Zachor

“‘Never again’ means we cannot be bystanders when people are stigmatized, oppressed, excluded, or attacked because of their identity.” -Steven Spielberg, introducing President Obama today.

Today is the International Holocaust Remembrance Day. Today we mark seventy-one years since the liberation of the Auschwitz-Birkenau concentration camp by the Red Army, making the final advance into Berlin to end the Third Reich. Our world is merely seventy one years removed from one of the starkest examples of an industrialized, institutionalized failure of a system. The Holocaust claimed the lives of eleven million people- people murdered for their religion, for their sexual orientation, for their class, for their mental/physical capability, eleven million lights extinguished by the hate of a regime that took manifestations of racism already seen in most of the West to its absolute extremum.

Seventy one years is a long time. But also it isn’t. Seventy one years is barely a lifetime. Seventy one years is just a blip in history, so close to our own minds that it is difficult to find anyone who wasn’t affected by the Holocaust or the Second World War in one way or another.

I don’t necessarily want to start a discussion with this post, I’m just looking to make my friends aware of this day. And its especially apt, given the state of our politics, the state of our social constructs, and even the state of polarization in the HM community. The lesson of the Holocaust is “zachor,” to remember. We say the words, “never again.” To me these words sometimes ring empty, and I’m sure people can point to many examples where we haven’t lived up to imperative they impose upon us (Rwanda, Darfur, etc). But to me the lesson of the Holocaust is far more than just providing a moral obligation to oppose genocide. Evil triumphs only when good people do nothing. I truly think that most people at HM, most people I know, and really most people on this planet are fundamentally good. But that isn’t enough. The lesson of the Holocaust is to realize that it isn’t enough to be good.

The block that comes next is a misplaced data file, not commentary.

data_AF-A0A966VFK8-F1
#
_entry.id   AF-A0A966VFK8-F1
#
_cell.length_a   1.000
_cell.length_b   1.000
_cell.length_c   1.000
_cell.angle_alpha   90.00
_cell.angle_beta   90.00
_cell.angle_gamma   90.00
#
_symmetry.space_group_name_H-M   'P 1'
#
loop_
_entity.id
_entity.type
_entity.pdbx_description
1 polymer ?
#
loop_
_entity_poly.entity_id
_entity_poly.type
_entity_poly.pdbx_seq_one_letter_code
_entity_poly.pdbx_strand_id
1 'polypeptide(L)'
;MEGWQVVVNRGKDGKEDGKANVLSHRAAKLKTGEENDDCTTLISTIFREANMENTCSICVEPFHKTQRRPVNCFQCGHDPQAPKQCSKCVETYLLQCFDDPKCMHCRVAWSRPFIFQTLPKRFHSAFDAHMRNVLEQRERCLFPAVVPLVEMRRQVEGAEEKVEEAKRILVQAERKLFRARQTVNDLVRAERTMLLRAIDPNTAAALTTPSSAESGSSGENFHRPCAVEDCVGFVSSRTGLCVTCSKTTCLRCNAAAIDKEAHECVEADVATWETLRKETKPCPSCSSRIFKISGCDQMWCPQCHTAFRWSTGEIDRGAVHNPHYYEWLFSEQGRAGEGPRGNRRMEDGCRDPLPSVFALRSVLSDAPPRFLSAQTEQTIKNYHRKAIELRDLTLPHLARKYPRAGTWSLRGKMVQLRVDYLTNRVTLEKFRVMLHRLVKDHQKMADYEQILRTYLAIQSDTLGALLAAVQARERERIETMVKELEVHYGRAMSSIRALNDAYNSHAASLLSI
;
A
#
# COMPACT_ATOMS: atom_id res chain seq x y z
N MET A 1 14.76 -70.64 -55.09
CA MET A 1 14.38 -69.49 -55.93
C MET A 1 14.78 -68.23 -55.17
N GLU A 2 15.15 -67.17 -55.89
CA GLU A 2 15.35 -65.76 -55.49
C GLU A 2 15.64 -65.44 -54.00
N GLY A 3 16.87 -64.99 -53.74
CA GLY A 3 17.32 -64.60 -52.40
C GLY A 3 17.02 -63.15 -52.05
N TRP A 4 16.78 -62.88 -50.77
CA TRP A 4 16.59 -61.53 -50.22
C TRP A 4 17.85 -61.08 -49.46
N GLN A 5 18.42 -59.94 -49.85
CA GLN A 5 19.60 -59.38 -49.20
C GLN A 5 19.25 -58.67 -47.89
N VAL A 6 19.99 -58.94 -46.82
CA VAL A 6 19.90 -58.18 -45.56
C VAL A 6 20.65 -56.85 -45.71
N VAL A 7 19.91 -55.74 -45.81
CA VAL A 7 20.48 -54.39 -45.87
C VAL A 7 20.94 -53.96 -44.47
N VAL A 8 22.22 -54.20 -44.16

As a Jewish person, who lost over a dozen family members to the Holocaust and the war, I try to take this message to heart. I hope that I can live up to the principle of Zachor. I believe that entails forming a truly global community, where everyone is entitled to his or her own identity. Where everyone can speak freely about what they believe in. And that’s why on this day I think its so apt that the HM community is having conversations about identity and oppression, because it is the perfect time for us as a community to demonstrate the generosity and lovingkindness set by those whom Israel has deigned to call “righteous among the nations,” those who stood up to the atrocities they saw and saved those who were in need of saving. Jewish teaching tells us to pass knowledge and understanding “l’dor vador,” from generation to generation. I believe it is now our turn to take the lessons of the past to heart, and do our personal best to uphold the principles that come out of the darkest hours.

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